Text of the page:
BANGKOK -- Thai banks have strengthened their push for the use of online banking services over physical branches with a suite of revamped mobile banking applications.
State-owned Krung Thai Bank, one of the latecomers to the online banking market, has announced a new version of their app. The Krungthai NEXT app comes after the bank introduced the older version, Krungthai netbank, eight years ago.
The updated mobile app allows users to transfer money electronically with one finger tap. Customers can also use it to buy 10 foreign currencies including U.S. dollars, Japanese yen, Singaporean dollars and Hong Kong dollars.
"We expect the app will be able to help increase the number of mobile banking users to 10 million users by 2019," said Payong Srivanich, president and chief executive of the bank. Currently Krung Thai Bank holds more than 30 million bank accounts, of which 5 million are mobile accounts.
On Oct. 10, Kasikornbank, one of the early adopters of retail mobile banking, also released a newer version of its app, K Plus. Another retail-focused bank, Siam Commercial Bank, announced on Thursday that it would add new features to its app.
The banks' moves can be seen as part of an effort to refine their business productivity in a tougher operating environment. For the three months to September, combined net profit at Thailand's four largest lenders -- Bangkok Bank, Kasikornbank, Krung Thai Bank and Siam Commercial Bank -- increased by 6.9% compared to the same period last year, to 37.1 billion baht ($1.13 billion).
Bangkok Bank and Krung Thai Bank managed to generate double-digit net profit growth, but Siam Commercial Bank recorded only 3.7% growth. Kasikornbank's net profit was up only 2.8%.
As in other parts of the world, the Thai central bank's prolonged low interest rate is slowly but steadily slashing those banks' profitability. The Bank of Thailand is one of the central banks in Southeast Asia that have not raised their interest rate, although commercial bank analysts and brokers have suggested there might be a rise in a few months' time.
The current interest rate is at a record low level of 1.5%. Moreover, the central bank has advised commercial banks to curb their mortgage lending -- a measure intended to combat the property bubbles that are forming around the country.
On the back of the surge in mobile devices and mobile banking, Kasikornbank and Siam Commercial Bank are planning to close about 10% of their branches, mainly in the central Bangkok area, with more than 90% of money transfer orders already coming from mobile banking apps.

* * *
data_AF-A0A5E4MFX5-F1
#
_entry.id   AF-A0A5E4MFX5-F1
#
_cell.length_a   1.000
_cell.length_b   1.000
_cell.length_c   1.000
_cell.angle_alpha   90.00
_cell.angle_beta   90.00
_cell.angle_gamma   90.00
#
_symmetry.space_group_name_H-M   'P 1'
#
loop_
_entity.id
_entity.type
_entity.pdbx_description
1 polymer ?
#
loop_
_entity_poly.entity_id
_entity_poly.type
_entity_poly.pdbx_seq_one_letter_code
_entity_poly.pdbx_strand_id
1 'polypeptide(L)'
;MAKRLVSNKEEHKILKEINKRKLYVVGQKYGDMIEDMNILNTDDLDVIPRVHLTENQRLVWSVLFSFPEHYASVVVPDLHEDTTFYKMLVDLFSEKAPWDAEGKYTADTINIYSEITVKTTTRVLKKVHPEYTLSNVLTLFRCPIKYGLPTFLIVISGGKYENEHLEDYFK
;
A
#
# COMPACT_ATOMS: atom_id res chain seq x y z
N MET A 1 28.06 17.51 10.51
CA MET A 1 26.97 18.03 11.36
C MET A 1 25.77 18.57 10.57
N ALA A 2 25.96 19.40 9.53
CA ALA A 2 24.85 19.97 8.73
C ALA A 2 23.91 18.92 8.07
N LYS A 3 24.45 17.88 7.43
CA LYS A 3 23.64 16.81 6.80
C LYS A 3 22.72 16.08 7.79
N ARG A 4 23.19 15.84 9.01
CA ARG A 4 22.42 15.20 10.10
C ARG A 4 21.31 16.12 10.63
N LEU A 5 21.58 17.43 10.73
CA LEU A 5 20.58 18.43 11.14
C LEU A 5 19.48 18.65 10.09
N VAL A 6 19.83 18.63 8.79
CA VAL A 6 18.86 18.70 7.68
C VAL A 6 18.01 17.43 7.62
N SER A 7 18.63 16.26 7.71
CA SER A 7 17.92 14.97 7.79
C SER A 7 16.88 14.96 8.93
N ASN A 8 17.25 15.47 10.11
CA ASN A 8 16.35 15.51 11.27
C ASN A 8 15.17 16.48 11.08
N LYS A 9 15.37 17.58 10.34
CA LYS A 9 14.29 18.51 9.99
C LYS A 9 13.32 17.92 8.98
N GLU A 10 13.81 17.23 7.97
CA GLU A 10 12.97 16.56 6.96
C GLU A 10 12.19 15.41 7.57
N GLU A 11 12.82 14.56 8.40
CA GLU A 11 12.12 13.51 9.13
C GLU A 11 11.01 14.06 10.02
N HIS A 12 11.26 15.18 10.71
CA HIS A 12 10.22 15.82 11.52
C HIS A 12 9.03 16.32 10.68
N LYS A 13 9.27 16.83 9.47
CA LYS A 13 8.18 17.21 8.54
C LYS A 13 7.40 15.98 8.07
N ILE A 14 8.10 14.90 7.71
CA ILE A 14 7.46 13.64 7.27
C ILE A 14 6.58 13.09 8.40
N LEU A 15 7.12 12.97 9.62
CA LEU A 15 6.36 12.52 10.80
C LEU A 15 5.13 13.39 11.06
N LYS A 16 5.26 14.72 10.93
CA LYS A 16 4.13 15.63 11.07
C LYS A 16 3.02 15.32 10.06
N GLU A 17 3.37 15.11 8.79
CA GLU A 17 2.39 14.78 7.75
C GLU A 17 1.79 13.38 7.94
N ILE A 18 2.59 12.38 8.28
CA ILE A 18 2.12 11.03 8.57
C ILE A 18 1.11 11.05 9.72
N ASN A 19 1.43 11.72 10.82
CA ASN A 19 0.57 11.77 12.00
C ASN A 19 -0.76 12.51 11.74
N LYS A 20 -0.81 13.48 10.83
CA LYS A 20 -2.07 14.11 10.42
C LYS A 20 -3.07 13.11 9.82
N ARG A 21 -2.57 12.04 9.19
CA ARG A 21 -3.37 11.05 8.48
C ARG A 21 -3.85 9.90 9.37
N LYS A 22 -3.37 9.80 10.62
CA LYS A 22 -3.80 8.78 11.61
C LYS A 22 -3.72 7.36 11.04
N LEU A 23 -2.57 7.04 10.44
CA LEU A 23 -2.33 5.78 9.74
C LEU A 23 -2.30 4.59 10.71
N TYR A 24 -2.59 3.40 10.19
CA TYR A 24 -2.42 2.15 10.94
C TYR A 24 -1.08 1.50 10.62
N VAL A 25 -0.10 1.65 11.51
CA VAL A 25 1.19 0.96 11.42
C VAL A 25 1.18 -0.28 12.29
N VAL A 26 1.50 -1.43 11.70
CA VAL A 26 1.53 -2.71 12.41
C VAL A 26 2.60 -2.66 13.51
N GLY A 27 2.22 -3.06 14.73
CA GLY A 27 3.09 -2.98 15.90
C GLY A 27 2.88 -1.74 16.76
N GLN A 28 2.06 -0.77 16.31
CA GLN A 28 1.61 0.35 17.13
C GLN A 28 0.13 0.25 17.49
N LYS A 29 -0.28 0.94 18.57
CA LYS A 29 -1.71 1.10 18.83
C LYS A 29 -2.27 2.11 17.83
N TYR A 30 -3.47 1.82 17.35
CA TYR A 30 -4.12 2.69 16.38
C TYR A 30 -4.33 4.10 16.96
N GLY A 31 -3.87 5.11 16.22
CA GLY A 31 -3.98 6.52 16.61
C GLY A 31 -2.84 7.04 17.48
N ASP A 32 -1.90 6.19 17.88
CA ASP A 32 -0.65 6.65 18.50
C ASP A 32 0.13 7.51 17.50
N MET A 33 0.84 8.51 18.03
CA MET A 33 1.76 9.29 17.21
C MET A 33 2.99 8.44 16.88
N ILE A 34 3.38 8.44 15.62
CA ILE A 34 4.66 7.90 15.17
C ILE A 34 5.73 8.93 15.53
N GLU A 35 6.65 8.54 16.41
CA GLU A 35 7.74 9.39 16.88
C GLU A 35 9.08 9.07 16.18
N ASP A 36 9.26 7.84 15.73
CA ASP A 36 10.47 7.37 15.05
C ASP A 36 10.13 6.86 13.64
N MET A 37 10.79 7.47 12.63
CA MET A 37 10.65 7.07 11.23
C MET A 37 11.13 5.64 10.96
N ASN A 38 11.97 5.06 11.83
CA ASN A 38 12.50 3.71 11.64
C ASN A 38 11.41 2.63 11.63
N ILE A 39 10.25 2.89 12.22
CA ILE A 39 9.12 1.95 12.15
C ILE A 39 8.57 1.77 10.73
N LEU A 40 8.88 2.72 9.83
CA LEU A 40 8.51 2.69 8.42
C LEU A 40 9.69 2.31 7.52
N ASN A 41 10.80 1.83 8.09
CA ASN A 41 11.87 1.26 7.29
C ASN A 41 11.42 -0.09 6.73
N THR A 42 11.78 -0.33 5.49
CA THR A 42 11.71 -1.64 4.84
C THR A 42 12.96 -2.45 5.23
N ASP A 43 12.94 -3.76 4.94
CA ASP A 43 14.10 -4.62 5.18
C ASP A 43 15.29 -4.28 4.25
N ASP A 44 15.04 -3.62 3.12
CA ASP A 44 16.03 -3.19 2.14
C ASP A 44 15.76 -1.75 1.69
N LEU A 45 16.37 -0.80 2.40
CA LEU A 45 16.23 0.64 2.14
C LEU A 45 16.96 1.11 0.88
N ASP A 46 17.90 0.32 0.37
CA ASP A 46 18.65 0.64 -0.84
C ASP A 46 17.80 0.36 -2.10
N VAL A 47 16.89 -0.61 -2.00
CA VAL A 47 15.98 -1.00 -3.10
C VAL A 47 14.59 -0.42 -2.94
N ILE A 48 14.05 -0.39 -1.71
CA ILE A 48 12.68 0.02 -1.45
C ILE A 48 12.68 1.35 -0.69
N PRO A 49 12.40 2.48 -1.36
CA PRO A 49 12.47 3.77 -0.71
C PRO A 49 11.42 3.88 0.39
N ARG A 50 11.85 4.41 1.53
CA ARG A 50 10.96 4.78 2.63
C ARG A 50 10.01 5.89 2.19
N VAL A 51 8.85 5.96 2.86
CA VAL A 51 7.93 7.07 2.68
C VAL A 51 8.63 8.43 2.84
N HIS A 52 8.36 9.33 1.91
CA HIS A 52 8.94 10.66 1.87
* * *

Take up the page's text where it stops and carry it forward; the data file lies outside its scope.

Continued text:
Even listed Krung Thai Bank, which takes pride in its ability to provide universal services to customers in all provinces of Thailand, is looking to increase efficiency. After they have assessed the digital shift that is likely to accompany the recently-introduced app, "we may have to start rationalizing the number of branches," said Payong.
Statistics show a strong trend in the shift from offline to online in Thailand. According to a survey by Krung Thai Bank, Thai people spend 10 hours a day online -- the longest in the world.
About 80% of the Thai population uses a mobile phone. Among mobile phone users, 56% use mobile banking, while 77% use messaging, 75% watch videos online and 66% play games. However, mobile banking penetration is lower than in countries like China, indicating there is room for growth in the Thai market.
But bank apps in Thailand seem to have become more than just an online banking tool.
Siam Commercial Bank's SCB Easy provides a service to book movie tickets. Kasikornbank plans to connect its users to small- or medium-sized retailers that do business with the bank, providing users with a wider range of purchasing options and stabilizing borrowers' business at the same time. Users can also easily make donations to organizations through Thai apps and obtain payment slips for them, as donations in Thailand are mostly exempt from tax.
Thai banks are thus aiming to become portals for all sorts of payments. This is in line with the ruling junta's plan to transform the country into a so-called smart society. The provision of online payment systems forms a large part of the government's 'Thailand 4.0' plan.
One important benefit of promoting e-payments is that the government can keep a record of how people use money. It will help the government to gather big data on consumption trends and leaves less opportunity for money to be used in illegal activities such as money laundering, trafficking and tax evasion.
In addition, Thailand has so far not been dominated by any of the e-payment systems that have become prevalent in other parts of the world. None of the big technology groups such as Apple, Google or Alibaba have gained a strong online payments presence in Bangkok, with money transfer through domestic banks still a popular tool among Thais. The government likely feels that it will be easier to regulate the payments system when things are done through Thai banks, than through foreign tech companies.